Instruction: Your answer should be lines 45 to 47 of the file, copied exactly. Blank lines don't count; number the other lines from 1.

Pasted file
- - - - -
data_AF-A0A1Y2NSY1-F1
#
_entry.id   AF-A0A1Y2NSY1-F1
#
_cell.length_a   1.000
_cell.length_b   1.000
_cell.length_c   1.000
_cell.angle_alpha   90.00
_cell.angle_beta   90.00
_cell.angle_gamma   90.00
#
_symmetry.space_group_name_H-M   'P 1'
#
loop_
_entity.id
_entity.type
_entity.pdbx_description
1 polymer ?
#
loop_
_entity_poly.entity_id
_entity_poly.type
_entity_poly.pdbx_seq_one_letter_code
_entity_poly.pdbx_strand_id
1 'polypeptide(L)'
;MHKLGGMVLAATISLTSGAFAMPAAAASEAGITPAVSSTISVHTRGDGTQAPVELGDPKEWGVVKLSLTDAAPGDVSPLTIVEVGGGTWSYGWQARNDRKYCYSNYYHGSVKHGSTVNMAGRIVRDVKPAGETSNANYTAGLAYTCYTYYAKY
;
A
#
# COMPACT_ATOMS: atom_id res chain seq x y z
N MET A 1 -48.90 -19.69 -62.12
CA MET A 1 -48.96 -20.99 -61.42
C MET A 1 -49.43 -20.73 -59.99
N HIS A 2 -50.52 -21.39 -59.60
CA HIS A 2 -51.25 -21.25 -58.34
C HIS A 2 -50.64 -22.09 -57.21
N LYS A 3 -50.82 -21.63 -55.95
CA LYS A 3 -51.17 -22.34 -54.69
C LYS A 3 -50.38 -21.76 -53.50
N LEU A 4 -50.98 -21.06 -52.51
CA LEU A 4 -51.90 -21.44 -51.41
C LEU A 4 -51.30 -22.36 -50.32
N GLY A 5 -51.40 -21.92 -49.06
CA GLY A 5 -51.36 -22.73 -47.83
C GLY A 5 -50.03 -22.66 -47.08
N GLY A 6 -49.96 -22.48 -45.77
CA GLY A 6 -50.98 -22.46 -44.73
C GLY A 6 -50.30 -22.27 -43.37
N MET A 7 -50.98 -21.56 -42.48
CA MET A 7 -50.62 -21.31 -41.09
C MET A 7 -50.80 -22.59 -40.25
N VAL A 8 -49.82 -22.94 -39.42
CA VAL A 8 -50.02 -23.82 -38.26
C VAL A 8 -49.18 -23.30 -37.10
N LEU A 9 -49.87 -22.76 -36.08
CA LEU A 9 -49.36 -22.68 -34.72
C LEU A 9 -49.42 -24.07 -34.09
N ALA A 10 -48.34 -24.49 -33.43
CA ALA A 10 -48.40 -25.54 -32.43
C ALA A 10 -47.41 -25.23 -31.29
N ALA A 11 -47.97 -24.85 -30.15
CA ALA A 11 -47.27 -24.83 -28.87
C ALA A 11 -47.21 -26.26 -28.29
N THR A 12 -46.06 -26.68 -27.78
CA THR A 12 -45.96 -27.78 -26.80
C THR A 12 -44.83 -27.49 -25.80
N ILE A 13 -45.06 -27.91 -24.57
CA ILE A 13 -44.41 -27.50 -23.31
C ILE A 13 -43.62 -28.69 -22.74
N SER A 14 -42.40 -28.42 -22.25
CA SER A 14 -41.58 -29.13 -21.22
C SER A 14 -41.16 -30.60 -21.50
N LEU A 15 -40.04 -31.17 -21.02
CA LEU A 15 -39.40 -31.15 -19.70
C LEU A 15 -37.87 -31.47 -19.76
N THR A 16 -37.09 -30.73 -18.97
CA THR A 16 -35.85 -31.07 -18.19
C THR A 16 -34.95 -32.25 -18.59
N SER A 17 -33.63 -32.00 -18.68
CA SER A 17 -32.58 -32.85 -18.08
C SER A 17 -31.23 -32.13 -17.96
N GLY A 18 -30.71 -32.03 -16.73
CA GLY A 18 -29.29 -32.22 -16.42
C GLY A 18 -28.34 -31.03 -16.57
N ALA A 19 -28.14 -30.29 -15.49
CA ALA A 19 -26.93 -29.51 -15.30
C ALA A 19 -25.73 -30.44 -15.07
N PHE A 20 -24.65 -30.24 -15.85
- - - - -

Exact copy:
C GLY A 5 -50.03 -22.66 -47.08
N GLY A 6 -49.96 -22.48 -45.77
CA GLY A 6 -50.98 -22.46 -44.73